4th August 2021
Harold de Neef explains why now is the time for public services to embrace bots and where they can make a real positive difference
Throughout history, technology has continued to augment what people can do. We’re perfectly capable of travelling from one place to another, or calculating in our heads, but cars and spreadsheets make us undeniably better at it.
Technologies take care of the tasks that humans find boring, difficult or even impossible to do. They can free us to spend time where we bring the most value: creativity, problem-solving, compassion, and personal interaction.
However, there’s often resistance to disruptive technologies when they’re first introduced. People initially fear the impact on their lives and livelihoods, but soon these new technologies become part of everyday life, just like cars or computers.
Today’s latest disruptive technologies such as chatbots and artificial intelligence (AI) are proving valuable for public services - complementing what people can do at a time when demand is increasing and budget pressures are particularly acute. From FAQ bots answering basic questions, digital assistants helping self-service, and digital humans creating human-like interactions, here’s just three areas where chatbots can augment what we do.
- Anonymity - In many instances, talking to a bot can feel more comfortable than engaging with a human when addressing sensitive topics. For example, discussing private issues like health or money, or topics that can have a social stigma (e.g. mental wellbeing, homelessness, addiction), the anonymity chatbots provide encourages people to be more honest, and open up more freely.
- 24/7 availability - The current pandemic has brought lasting change to the way we live and work, meaning public services need to continually adapt to changing demand. With an always on service, chatbots help citizens engage at a time most convenient to them. After all, our needs as citizens or customers aren’t confined to a 9-5 weekday, which is less than 25% of the time in a week.
- Improved outcomes - The most advanced bots have the ability to detect things that may be difficult for a human to perceive: for example, spotting nuances in tone of voice, or the use of words that could indicate a particular mental health issue such as dementia. And, of course, chatbots can handle a high-volume of certain tasks, with much greater speed and accuracy than any human ever could.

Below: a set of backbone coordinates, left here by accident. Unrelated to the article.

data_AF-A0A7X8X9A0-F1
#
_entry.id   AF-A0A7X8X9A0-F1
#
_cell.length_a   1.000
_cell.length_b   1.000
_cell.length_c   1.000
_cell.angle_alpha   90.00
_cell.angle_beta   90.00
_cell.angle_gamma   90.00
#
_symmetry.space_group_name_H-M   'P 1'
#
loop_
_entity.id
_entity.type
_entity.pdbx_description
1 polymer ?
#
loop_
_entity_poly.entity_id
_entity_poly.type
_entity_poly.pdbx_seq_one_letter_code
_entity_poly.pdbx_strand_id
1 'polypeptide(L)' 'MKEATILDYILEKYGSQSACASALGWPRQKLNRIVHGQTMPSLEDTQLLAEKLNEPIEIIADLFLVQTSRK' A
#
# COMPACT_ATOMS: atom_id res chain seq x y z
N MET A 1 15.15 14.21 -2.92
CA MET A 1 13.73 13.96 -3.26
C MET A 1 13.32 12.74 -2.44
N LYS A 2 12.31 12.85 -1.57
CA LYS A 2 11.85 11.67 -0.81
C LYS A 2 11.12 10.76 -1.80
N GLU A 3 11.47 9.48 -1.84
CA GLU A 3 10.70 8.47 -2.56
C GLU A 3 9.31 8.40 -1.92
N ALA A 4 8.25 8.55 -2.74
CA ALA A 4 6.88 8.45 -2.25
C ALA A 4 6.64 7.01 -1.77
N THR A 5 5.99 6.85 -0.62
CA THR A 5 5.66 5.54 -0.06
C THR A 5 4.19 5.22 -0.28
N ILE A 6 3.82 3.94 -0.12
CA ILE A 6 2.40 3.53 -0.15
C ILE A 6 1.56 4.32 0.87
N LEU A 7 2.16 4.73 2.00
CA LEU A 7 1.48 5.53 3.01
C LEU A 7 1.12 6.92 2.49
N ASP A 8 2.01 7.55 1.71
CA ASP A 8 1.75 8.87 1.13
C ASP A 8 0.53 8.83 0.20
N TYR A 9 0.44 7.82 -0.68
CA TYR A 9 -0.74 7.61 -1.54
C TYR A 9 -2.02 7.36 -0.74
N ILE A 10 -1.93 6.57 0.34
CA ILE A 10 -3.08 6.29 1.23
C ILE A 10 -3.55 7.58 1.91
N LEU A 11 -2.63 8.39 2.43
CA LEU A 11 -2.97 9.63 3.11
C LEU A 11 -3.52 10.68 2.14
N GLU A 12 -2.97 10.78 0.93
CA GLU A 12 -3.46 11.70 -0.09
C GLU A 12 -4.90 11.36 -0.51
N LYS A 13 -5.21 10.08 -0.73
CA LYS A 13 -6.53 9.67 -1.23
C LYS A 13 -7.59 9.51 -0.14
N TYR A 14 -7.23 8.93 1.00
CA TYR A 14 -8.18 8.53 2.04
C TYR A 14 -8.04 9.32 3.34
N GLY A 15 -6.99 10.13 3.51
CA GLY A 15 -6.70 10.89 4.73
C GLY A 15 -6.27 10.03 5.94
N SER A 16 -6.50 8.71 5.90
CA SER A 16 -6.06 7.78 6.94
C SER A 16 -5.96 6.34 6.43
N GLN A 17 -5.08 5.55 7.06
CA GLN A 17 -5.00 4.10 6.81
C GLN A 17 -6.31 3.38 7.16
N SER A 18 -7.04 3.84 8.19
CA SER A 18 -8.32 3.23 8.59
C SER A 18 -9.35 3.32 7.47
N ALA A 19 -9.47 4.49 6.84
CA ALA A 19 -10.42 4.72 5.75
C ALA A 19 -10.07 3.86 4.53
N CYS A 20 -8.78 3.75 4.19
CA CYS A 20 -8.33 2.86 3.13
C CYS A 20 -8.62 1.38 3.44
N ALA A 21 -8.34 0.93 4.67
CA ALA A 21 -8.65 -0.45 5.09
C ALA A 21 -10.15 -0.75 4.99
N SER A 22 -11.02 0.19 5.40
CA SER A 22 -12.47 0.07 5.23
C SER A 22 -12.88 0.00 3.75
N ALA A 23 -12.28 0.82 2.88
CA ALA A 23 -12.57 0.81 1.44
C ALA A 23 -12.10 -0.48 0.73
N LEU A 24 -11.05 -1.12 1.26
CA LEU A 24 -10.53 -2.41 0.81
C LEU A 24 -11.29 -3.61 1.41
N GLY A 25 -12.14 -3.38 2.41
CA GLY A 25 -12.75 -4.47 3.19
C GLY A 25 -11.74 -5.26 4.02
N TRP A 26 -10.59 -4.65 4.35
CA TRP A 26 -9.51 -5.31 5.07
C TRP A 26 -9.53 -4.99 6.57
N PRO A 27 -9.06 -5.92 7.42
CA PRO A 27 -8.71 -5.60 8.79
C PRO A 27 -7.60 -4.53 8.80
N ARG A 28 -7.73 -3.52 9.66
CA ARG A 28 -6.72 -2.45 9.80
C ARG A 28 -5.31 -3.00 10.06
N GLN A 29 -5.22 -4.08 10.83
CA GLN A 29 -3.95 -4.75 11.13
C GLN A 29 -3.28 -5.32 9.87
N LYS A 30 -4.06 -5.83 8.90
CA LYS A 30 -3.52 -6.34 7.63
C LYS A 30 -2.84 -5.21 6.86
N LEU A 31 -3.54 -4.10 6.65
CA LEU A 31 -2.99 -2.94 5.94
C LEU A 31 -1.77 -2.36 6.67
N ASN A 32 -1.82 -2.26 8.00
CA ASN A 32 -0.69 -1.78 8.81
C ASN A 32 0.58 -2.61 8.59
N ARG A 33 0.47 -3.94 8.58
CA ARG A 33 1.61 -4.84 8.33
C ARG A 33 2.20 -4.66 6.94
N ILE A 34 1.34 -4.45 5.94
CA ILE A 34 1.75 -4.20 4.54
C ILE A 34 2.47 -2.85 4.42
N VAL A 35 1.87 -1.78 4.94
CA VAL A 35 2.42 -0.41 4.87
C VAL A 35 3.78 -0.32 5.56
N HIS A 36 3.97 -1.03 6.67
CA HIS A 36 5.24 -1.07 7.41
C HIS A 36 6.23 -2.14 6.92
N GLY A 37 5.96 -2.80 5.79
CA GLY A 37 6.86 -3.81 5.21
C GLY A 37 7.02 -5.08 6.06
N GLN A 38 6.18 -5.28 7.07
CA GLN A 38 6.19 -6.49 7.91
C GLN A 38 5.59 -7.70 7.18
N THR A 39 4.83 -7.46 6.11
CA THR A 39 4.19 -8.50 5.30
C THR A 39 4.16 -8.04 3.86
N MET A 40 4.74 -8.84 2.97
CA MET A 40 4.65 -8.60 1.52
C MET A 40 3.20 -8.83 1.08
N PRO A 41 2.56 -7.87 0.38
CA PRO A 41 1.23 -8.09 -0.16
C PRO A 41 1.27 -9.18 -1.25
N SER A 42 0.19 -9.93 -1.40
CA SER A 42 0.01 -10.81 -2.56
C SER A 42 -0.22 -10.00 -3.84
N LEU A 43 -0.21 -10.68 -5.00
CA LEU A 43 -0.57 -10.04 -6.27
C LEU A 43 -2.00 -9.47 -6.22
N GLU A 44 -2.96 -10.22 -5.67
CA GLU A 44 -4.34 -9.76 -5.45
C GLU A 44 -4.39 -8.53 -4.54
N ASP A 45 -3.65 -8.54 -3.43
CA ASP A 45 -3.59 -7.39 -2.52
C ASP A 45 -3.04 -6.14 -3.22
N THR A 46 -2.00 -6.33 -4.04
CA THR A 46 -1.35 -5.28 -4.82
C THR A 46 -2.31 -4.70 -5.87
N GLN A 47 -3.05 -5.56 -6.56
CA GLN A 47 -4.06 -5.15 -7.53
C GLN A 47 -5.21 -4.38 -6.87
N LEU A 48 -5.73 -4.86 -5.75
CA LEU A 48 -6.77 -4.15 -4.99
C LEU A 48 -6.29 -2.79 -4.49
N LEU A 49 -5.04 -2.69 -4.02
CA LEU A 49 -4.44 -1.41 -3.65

Rather than our future being a question of choose a bot or a human, we should be thinking about how we can bring the best of humans and bots together to deliver better outcomes. In our latest Perspectives* report, we outlined how a close partnership focusing on what needs to be done can help play to everyone’s strengths to drive a positive difference.
With public services experiencing increased demand during the pandemic, chatbots can prevent skilled professionals from being overwhelmed with enquiries. In Health and Care, for example, they can deliver “triage as a service” to assess medical conditions and provide basic advice, or direct patients to the right provider. Chatbots also allow public bodies to make far better use of the valuable data they already hold, ensuring that services are smarter, better integrated and more responsive to the ever-evolving needs of citizens and communities. Through continuous training and improvement, we can help our new team members, chatbots, stay relevant, and help citizens to access information in any format or language.
With a growing number of increasingly sophisticated use cases, it’s clear that chatbots can become effective team members, working alongside humans to provide better public services overall. In short, our view is that chatbots are a valuable technology for public services: they are easy to implement, save money, free up time, and can even save lives. When budgets are under more pressure than ever, public services can’t afford not to embrace this now essential technology.
Are you talking to me?
From Alexa to Siri, or Bobi to Florence bots have become a seamless extension in our everyday lives. In volume 2, we delve into their world and examine the impact for public servicesFind out more